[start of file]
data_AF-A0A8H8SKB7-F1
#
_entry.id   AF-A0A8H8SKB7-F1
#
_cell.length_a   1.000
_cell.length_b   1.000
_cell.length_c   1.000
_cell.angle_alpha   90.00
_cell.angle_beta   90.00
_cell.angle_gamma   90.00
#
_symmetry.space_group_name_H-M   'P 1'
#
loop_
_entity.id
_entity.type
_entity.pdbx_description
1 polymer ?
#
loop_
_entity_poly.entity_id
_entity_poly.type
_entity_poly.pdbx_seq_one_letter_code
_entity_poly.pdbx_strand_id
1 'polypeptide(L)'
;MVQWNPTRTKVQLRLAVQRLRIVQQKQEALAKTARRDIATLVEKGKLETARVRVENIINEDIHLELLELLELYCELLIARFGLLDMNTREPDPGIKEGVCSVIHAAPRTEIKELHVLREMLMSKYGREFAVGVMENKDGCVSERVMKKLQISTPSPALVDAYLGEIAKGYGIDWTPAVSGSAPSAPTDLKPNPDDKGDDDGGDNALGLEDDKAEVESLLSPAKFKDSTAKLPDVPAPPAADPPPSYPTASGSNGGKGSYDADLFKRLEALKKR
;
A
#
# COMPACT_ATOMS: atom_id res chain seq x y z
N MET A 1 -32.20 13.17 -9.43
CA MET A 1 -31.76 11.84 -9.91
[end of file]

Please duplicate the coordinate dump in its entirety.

data_AF-A0A8H8SKB7-F1
#
_entry.id   AF-A0A8H8SKB7-F1
#
_cell.length_a   1.000
_cell.length_b   1.000
_cell.length_c   1.000
_cell.angle_alpha   90.00
_cell.angle_beta   90.00
_cell.angle_gamma   90.00
#
_symmetry.space_group_name_H-M   'P 1'
#
loop_
_entity.id
_entity.type
_entity.pdbx_description
1 polymer ?
#
loop_
_entity_poly.entity_id
_entity_poly.type
_entity_poly.pdbx_seq_one_letter_code
_entity_poly.pdbx_strand_id
1 'polypeptide(L)'
;MVQWNPTRTKVQLRLAVQRLRIVQQKQEALAKTARRDIATLVEKGKLETARVRVENIINEDIHLELLELLELYCELLIARFGLLDMNTREPDPGIKEGVCSVIHAAPRTEIKELHVLREMLMSKYGREFAVGVMENKDGCVSERVMKKLQISTPSPALVDAYLGEIAKGYGIDWTPAVSGSAPSAPTDLKPNPDDKGDDDGGDNALGLEDDKAEVESLLSPAKFKDSTAKLPDVPAPPAADPPPSYPTASGSNGGKGSYDADLFKRLEALKKR
;
A
#
# COMPACT_ATOMS: atom_id res chain seq x y z
N MET A 1 -32.20 13.17 -9.43
CA MET A 1 -31.76 11.84 -9.91